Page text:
#385-386 show an encounter with The Watchdogs. A supremacist group last seen in #345-346. The Watchdogs are back to dealing their own brand of moral justice by blowing up crack houses and porno shops and the like. That's not all, though. One of Steve Rogers' old friends is involved with the group. And Steve's ex-girlfriend is endangered by that association. Naturally, Cap wants to shut The Watchdogs down.
But that's still not all.
USAgent, formerly Super Patriot, wants revenge on The Watchdogs for his parent's deaths in #346. Now the last thing Cap needs is an unbalanced psycho busting in and endangering every innocent in sight.
Doesn't mean it's not gonna happen.
Well, that was quite a chunk of reading. Very enjoyable reading for me. Ron Lim shows that he doesn't have to stick to cosmic characters to shine like a star. And the crispness of his pencils are ably enhanced by the inks of Danny Bulandi.
As for the writing, Mark Gruenwald's craft is at its peak in this run. All of Gru's previous stories enhance everything you have read here. Sadly, Gru's passion for the character seems to slip a bit after Lim's departure. Following are several plots one may wish one could unsee. The Superia Strategem and Cap Wolf are bland examples of the kind of writing infecting much of Marvel at the time.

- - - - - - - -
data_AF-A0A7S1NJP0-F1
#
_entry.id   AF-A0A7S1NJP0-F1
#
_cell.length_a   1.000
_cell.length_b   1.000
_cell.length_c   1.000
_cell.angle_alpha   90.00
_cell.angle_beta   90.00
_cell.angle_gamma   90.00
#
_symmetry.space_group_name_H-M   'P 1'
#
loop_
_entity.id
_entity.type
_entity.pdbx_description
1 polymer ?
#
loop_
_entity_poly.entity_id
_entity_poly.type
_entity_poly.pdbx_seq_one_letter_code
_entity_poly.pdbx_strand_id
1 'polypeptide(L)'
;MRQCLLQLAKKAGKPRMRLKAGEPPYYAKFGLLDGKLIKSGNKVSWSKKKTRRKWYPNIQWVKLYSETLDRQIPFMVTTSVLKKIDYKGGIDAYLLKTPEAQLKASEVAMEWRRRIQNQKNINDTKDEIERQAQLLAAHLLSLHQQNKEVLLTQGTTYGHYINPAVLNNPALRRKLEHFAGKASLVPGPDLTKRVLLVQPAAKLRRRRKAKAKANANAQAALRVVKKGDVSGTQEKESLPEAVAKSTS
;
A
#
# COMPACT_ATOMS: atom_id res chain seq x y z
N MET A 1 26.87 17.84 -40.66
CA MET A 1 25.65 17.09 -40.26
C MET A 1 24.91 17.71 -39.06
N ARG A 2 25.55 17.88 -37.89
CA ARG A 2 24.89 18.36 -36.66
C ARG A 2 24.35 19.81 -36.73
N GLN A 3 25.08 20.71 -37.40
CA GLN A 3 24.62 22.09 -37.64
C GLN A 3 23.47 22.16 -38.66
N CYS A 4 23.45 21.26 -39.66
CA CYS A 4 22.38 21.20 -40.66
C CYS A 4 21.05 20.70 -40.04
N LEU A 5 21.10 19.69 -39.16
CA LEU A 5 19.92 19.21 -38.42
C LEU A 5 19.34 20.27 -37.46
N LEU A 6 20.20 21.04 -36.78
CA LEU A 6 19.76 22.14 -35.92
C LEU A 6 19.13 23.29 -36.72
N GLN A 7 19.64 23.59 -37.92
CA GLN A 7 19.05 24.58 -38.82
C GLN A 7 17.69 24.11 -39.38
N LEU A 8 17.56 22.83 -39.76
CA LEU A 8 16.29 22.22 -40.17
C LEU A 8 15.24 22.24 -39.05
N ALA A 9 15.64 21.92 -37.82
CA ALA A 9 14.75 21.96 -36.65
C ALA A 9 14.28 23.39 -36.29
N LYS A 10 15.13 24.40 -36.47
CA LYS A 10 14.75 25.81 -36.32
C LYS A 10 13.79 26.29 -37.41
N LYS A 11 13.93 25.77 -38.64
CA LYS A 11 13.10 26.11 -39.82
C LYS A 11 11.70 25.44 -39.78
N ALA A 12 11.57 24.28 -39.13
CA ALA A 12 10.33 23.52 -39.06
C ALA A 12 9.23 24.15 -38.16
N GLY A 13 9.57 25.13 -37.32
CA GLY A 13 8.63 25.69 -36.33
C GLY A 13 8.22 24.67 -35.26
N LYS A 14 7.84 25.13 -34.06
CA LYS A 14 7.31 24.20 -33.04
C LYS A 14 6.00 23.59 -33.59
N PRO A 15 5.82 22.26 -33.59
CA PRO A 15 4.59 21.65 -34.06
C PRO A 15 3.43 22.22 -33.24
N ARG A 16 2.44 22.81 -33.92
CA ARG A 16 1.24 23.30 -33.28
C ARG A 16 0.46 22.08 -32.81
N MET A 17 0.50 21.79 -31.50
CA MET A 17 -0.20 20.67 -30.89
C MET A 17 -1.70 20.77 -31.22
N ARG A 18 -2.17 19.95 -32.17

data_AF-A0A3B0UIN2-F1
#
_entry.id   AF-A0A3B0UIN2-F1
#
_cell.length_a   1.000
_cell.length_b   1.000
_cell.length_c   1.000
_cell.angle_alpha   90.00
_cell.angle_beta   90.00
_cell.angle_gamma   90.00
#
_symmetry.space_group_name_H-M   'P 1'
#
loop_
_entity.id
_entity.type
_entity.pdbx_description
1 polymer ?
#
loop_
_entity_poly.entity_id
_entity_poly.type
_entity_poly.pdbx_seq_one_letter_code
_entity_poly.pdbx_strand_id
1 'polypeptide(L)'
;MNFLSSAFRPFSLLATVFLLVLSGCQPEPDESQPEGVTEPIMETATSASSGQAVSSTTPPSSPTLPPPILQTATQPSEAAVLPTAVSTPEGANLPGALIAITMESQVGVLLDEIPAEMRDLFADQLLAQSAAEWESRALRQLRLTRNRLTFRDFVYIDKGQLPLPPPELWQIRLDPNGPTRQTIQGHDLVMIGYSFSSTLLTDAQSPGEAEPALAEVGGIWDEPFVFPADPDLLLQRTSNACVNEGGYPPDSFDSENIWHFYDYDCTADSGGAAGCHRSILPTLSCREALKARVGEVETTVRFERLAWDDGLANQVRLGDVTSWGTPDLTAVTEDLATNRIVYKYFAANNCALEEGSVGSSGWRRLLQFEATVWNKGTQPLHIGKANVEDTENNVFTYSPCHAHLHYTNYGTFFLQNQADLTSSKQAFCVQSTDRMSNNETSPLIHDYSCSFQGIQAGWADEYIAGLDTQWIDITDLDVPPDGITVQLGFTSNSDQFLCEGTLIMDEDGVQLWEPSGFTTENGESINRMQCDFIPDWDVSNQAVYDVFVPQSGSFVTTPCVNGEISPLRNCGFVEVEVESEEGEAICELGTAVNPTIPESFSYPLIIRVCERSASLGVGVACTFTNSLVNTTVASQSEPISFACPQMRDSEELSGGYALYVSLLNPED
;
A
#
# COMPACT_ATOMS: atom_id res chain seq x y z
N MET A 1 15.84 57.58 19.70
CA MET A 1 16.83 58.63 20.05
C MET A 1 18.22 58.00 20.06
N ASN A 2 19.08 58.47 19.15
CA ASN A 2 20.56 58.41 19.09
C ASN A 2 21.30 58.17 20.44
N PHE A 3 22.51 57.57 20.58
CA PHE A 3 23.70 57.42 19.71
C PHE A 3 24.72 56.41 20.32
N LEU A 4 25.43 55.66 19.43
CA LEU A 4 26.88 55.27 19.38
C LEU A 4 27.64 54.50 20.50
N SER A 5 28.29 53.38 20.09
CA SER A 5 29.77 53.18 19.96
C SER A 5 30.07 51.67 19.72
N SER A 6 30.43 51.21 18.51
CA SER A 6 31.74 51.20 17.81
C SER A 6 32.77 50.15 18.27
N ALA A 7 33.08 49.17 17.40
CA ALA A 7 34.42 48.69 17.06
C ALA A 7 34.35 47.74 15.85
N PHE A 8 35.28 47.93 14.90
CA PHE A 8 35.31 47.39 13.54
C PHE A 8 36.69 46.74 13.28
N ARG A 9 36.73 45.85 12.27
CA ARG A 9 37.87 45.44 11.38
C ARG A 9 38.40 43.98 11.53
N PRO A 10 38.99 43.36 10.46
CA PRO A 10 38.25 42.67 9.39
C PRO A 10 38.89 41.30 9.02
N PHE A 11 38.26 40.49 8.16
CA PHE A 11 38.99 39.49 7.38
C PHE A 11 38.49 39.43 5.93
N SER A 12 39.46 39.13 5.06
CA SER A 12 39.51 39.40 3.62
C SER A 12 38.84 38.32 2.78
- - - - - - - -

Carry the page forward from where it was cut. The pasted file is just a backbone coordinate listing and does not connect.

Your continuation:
Maximum Carnage/Clonage, anyone?
Maybe it was the change in art. Rik Levins is a decent artist. Check out his X-O Manowar if you don't believe me. But his style back then was action-starved in comparison to the slip-n-slide lines of Lim.
Maybe with Lim gone, Gru no longer had that kind of syzygy with other collaborators. In one's opinion, it would not exist for the rest of Gruenwald's tenure on the book. Not until the fledgling team of Mark Waid and Ron Garney began dropping their run.
So that's it for now, folks. If you currently read Captain America and want a little background on characters appearing these days, check out some of the books I've mentioned here. Betcha don't know where Crossbones first appeared. Here's a hint: It has Bloodstone in the title.
I cannot recommend Brubaker's Captain America enough. It's a book that's only getting better. Even after the main character was killed off last year. But it's interesting to see how much of the Gru era that Bru draws from. Perhaps he was a fan of the very issues I reviewed here. Just as I am.
Just as you will be if you go out and scoop them up now!